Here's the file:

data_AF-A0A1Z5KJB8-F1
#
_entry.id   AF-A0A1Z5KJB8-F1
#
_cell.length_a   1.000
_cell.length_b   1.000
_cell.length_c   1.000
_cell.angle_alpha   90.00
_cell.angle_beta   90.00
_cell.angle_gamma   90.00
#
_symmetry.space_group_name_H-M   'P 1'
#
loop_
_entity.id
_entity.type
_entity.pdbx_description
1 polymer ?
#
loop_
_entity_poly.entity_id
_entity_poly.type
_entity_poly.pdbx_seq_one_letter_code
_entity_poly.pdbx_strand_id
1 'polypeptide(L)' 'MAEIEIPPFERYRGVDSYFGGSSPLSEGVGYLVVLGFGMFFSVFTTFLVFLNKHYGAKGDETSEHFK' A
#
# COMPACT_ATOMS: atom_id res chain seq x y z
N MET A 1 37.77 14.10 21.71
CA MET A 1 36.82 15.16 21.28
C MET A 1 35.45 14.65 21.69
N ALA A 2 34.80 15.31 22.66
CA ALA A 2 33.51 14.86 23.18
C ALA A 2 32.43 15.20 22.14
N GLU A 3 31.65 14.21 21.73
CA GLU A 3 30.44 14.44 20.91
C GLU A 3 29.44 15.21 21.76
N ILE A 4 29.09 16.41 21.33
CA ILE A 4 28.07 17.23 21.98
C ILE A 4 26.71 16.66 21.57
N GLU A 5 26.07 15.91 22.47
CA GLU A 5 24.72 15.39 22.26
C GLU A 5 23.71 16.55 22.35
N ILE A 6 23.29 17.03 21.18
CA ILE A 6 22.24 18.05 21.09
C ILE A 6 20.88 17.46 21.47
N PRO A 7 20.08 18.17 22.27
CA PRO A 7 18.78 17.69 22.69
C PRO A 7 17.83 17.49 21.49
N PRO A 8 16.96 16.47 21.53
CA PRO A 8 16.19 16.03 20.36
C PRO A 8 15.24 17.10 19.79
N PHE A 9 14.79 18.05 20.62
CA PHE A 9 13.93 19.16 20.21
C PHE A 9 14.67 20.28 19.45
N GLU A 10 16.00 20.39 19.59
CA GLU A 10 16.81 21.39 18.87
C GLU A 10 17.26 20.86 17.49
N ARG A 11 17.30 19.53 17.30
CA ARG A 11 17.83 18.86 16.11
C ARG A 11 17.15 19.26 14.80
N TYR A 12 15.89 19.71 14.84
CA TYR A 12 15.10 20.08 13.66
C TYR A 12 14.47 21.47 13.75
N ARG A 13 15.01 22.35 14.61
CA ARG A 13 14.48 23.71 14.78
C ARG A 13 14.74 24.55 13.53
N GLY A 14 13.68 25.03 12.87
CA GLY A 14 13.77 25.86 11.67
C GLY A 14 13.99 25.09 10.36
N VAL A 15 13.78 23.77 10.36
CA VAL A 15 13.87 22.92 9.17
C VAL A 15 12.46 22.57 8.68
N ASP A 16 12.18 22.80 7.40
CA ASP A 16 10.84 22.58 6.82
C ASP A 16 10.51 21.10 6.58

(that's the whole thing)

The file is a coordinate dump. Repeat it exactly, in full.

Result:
data_AF-A0A1Z5KJB8-F1
#
_entry.id   AF-A0A1Z5KJB8-F1
#
_cell.length_a   1.000
_cell.length_b   1.000
_cell.length_c   1.000
_cell.angle_alpha   90.00
_cell.angle_beta   90.00
_cell.angle_gamma   90.00
#
_symmetry.space_group_name_H-M   'P 1'
#
loop_
_entity.id
_entity.type
_entity.pdbx_description
1 polymer ?
#
loop_
_entity_poly.entity_id
_entity_poly.type
_entity_poly.pdbx_seq_one_letter_code
_entity_poly.pdbx_strand_id
1 'polypeptide(L)' 'MAEIEIPPFERYRGVDSYFGGSSPLSEGVGYLVVLGFGMFFSVFTTFLVFLNKHYGAKGDETSEHFK' A
#
# COMPACT_ATOMS: atom_id res chain seq x y z
N MET A 1 37.77 14.10 21.71
CA MET A 1 36.82 15.16 21.28
C MET A 1 35.45 14.65 21.69
N ALA A 2 34.80 15.31 22.66
CA ALA A 2 33.51 14.86 23.18
C ALA A 2 32.43 15.20 22.14
N GLU A 3 31.65 14.21 21.73
CA GLU A 3 30.44 14.44 20.91
C GLU A 3 29.44 15.21 21.76
N ILE A 4 29.09 16.41 21.33
CA ILE A 4 28.07 17.23 21.98
C ILE A 4 26.71 16.66 21.57
N GLU A 5 26.07 15.91 22.47
CA GLU A 5 24.72 15.39 22.26
C GLU A 5 23.71 16.55 22.35
N ILE A 6 23.29 17.03 21.18
CA ILE A 6 22.24 18.05 21.09
C ILE A 6 20.88 17.46 21.47
N PRO A 7 20.08 18.17 22.27
CA PRO A 7 18.78 17.69 22.69
C PRO A 7 17.83 17.49 21.49
N PRO A 8 16.96 16.47 21.53
CA PRO A 8 16.19 16.03 20.36
C PRO A 8 15.24 17.10 19.79
N PHE A 9 14.79 18.05 20.62
CA PHE A 9 13.93 19.16 20.21
C PHE A 9 14.67 20.28 19.45
N GLU A 10 16.00 20.39 19.59
CA GLU A 10 16.81 21.39 18.87
C GLU A 10 17.26 20.86 17.49
N ARG A 11 17.30 19.53 17.30
CA ARG A 11 17.83 18.86 16.11
C ARG A 11 17.15 19.26 14.80
N TYR A 12 15.89 19.71 14.84
CA TYR A 12 15.10 20.08 13.66
C TYR A 12 14.47 21.47 13.75
N ARG A 13 15.01 22.35 14.61
CA ARG A 13 14.48 23.71 14.78
C ARG A 13 14.74 24.55 13.53
N GLY A 14 13.68 25.03 12.87
CA GLY A 14 13.77 25.86 11.67
C GLY A 14 13.99 25.09 10.36
N VAL A 15 13.78 23.77 10.36
CA VAL A 15 13.87 22.92 9.17
C VAL A 15 12.46 22.57 8.68
N ASP A 16 12.18 22.80 7.40
CA ASP A 16 10.84 22.58 6.82
C ASP A 16 10.51 21.10 6.58